1st Edition

Joseph Severn
Letters and Memoirs





ISBN 9781138383722
Published June 16, 2019 by Routledge
752 Pages

USD $56.00

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Book Description

This is the first modern scholarly edition of the letters and memoirs of Joseph Severn, English painter and deathbed companion of John Keats. It includes letters from a remarkable collection of never-before-published correspondence held by descendants of the Severn family. Scott's unprecedented access to hundreds of new letters has resulted in a major revisionist work that challenges traditional ideas about Severn's life and character. The edition includes new information about Severn's early artistic success in Italy, an extraordinarily thorough record of his day-to-day activities as a working artist in England, and surprising details about his experience as British Consul in Rome. The volume represents a significant work of recovery, printing in full three important memoirs that have until now appeared only in inaccurate excerpts and offering thirty-three illustrations that demonstrate the range of Severn's talents as a painter. Scott makes a compelling case for a revaluation of Severn, whose friends also included Charles Eastlake, William Gladstone, Leigh Hunt, John Ruskin, and Mary Shelley. This collection will prove valuable not only to literary biographers and Keats scholars, but also to art and cultural historians of the Romantic and Victorian eras. Adding significantly to the volume's usefulness are a detailed chronology of Severn's life and artwork, and appendices containing an index of the newly discovered letters and a ledger of Severn's patrons, paintings and commissions.

Table of Contents

Contents: Preface; Introduction; Chronology of Severn's life; Undated sketchbooks, paintings and compositions; Selected letters 1820-1879 (chronologically arranged); Selected memoirs; Appendices; Index.

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Editor(s)

Biography

Grant F. Scott is Professor of English at Muhlenberg College, the author of The Sculpted Word: Keats, Ekphrasis, and the Visual Arts (1994), and the editor of Selected Letters of John Keats (2002). He is also Co-Editor of the interdisciplinary journal European Romantic Review.

Reviews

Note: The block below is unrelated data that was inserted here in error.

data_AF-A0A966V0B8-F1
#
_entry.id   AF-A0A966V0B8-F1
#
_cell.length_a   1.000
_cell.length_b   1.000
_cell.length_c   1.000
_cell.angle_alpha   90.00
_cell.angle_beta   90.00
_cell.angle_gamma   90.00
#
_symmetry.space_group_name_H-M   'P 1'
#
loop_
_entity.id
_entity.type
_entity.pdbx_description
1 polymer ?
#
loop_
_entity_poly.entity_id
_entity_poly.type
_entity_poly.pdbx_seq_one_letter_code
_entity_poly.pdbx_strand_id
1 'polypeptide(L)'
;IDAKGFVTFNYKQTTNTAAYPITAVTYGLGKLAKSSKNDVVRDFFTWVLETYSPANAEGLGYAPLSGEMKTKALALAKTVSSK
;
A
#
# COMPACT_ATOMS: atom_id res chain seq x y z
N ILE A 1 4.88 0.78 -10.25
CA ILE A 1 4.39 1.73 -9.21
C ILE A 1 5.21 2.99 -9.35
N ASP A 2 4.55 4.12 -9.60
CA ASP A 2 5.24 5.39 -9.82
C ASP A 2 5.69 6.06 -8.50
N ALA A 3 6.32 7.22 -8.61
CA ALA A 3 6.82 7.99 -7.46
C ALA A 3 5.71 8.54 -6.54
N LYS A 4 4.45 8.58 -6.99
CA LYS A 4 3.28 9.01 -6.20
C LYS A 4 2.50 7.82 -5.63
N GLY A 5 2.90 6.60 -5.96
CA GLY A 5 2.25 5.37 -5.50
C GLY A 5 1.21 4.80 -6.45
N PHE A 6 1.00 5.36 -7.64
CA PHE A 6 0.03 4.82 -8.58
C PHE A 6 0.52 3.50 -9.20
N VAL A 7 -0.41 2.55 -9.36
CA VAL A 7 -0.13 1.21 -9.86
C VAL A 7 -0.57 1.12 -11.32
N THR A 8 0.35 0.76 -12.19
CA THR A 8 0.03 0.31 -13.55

'Everyone who loves John Keats has a soft spot for Joseph Severn. Grant F Scott has [...] found hundreds of "new" letters, rescued a long and largely unknown memoir from obscurity, re-edited everything, and surrounded it with a briskly written critical commentary. It's an important job, and difficult to see how anyone could have done it better.' Andrew Motion, The Guardian '...excellent new collection of Severn's letter and memoirs... Professor Scott has produced a work of genuine scholarship with an introduction which is both informative and extremely readable.' Juliet Townsend, The Spectator 'This is a book I’ve been waiting half a century for-a fresh investigation of Keats’s friend Severn by way of his mostly manuscript letters, his unpublished memoirs, and new information about his paintings. Grant Scott has done a major piece of research of the sort that few scholars these days know how to do. His book is a most valuable contribution to the biographical, literary, and cultural understanding of some extremely important nineteenth-century British writers and artists.' Jack Stillinger, Center for Advanced Study, Professor of English, University of Illinois at Urbana-Champaign '... a fine, welcome book that is a treasure-trove of revelatory and provocative information on a neglected artist and lost cultural period situated between Romanticism and Victorianism. Severn emerges not only as an important artist deserving new attention in his own right, but as a significant conduit figure in the aesthetic passage between Keats and the Pre-Raphaelites. Grant Scott's act of recovery here is to be commended for being at once scholarly, engaging, suggestive of future work, and entertaining.' Hermione de Almeida, Pauline Walter Professor of English and Comparative Literature,The University of Tulsa 'This is a wonderful scholarly enterprise that will be invaluable to students of Keats and his circle.' Duncan Wu, Professor of English Language and Literature, St. C